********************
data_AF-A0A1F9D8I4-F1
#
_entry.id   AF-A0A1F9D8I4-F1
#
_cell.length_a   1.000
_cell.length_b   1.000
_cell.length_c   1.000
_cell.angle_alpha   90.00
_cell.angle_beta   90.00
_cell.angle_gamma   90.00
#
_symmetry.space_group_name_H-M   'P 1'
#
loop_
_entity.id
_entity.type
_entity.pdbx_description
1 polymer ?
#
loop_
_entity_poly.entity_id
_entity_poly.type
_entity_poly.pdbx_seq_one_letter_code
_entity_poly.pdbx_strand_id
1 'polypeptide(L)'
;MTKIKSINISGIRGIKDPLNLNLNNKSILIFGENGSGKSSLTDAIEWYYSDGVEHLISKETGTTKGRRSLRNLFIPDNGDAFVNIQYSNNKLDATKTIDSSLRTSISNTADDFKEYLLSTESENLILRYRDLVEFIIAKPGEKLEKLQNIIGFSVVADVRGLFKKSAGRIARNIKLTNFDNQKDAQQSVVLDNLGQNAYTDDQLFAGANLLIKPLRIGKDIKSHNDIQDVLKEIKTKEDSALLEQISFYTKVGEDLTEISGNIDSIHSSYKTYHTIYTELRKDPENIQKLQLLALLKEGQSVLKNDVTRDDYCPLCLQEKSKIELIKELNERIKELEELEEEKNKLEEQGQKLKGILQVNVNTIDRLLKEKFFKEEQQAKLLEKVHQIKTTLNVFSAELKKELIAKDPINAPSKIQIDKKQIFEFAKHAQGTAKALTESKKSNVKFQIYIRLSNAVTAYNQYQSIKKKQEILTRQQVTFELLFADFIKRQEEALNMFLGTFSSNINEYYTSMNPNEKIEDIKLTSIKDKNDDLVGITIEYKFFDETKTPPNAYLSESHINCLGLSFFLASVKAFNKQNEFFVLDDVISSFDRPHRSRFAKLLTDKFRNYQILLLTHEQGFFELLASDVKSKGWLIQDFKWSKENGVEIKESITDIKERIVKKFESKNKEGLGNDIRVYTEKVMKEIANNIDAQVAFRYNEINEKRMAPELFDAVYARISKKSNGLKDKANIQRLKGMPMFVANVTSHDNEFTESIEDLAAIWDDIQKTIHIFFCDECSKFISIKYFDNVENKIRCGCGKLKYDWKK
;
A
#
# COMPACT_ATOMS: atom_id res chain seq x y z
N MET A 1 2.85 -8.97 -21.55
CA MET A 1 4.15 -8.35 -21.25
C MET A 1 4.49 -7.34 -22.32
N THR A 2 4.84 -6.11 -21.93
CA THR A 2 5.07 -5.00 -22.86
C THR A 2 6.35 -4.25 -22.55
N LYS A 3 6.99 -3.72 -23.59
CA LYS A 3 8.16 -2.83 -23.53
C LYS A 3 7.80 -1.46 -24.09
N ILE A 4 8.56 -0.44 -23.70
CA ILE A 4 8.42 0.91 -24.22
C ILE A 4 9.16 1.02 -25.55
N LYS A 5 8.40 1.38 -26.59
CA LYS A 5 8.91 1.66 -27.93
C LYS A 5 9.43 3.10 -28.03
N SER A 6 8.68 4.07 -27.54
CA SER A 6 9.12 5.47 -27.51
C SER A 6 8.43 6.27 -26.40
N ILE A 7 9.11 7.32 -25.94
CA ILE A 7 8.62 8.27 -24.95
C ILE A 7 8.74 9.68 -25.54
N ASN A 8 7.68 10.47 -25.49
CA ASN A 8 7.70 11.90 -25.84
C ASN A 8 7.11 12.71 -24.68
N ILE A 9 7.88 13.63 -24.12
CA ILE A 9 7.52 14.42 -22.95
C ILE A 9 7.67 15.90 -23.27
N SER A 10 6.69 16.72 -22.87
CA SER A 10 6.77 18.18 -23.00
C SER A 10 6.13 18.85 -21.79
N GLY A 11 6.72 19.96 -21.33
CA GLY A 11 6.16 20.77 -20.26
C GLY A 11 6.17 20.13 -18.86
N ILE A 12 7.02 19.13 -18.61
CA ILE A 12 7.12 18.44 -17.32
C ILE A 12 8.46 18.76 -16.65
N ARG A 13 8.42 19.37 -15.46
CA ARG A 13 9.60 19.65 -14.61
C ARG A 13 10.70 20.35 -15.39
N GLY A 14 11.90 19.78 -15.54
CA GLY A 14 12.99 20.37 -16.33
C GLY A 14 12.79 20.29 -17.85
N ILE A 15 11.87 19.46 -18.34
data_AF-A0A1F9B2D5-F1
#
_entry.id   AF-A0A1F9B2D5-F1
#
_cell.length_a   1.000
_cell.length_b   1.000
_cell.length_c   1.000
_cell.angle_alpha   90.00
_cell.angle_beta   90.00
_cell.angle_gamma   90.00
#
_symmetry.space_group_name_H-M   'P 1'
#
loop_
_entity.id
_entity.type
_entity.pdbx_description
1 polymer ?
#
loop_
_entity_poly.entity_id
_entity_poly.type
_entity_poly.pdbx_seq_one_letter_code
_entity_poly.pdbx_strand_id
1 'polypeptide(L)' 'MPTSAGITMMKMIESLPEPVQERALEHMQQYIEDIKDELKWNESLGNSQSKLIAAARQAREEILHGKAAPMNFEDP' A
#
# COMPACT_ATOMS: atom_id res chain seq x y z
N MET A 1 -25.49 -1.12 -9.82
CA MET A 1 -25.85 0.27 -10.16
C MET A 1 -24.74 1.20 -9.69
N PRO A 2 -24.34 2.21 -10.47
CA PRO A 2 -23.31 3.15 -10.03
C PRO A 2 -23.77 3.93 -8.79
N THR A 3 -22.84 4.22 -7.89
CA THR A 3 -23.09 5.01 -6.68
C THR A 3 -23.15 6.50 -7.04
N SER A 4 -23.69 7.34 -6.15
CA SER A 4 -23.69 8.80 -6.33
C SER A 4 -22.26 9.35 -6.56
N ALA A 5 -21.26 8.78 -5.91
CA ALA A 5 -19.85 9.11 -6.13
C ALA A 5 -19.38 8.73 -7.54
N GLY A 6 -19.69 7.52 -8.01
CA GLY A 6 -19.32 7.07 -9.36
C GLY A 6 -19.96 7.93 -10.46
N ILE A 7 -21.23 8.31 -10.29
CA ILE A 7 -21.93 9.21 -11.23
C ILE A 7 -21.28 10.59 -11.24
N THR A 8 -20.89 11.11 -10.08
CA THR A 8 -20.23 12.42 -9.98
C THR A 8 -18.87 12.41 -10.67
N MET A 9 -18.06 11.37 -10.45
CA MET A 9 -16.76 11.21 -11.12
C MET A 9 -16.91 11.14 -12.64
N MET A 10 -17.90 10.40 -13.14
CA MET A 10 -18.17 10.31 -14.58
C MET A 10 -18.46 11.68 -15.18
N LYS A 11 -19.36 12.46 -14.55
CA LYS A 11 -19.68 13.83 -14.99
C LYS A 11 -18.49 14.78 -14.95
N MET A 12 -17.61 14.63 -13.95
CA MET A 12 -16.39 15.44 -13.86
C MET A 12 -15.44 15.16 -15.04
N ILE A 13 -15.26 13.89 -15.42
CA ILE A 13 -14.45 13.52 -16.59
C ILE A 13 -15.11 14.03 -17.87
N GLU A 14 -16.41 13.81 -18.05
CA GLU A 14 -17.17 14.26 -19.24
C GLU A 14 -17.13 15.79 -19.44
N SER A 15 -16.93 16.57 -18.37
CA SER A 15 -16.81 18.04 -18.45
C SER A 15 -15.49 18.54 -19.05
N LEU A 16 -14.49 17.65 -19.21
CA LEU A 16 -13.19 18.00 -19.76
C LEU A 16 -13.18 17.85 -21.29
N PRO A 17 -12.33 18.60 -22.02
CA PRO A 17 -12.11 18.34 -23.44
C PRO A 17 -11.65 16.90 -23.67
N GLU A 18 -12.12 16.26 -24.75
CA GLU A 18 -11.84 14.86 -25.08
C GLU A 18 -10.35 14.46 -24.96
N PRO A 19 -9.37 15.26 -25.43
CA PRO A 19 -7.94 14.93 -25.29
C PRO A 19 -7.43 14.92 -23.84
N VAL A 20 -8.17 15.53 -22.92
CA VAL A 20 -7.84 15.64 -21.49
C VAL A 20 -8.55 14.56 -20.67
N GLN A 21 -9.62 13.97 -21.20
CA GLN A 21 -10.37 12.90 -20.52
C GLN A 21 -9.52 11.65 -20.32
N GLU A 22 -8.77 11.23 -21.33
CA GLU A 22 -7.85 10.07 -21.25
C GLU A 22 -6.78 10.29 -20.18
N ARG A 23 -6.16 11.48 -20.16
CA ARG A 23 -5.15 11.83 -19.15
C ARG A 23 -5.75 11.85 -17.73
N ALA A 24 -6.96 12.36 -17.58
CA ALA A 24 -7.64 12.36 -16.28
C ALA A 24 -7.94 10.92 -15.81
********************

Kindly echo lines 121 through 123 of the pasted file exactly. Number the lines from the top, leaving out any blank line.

C ILE A 7 -21.28 10.59 -11.24
N THR A 8 -20.89 11.11 -10.08
CA THR A 8 -20.23 12.42 -9.98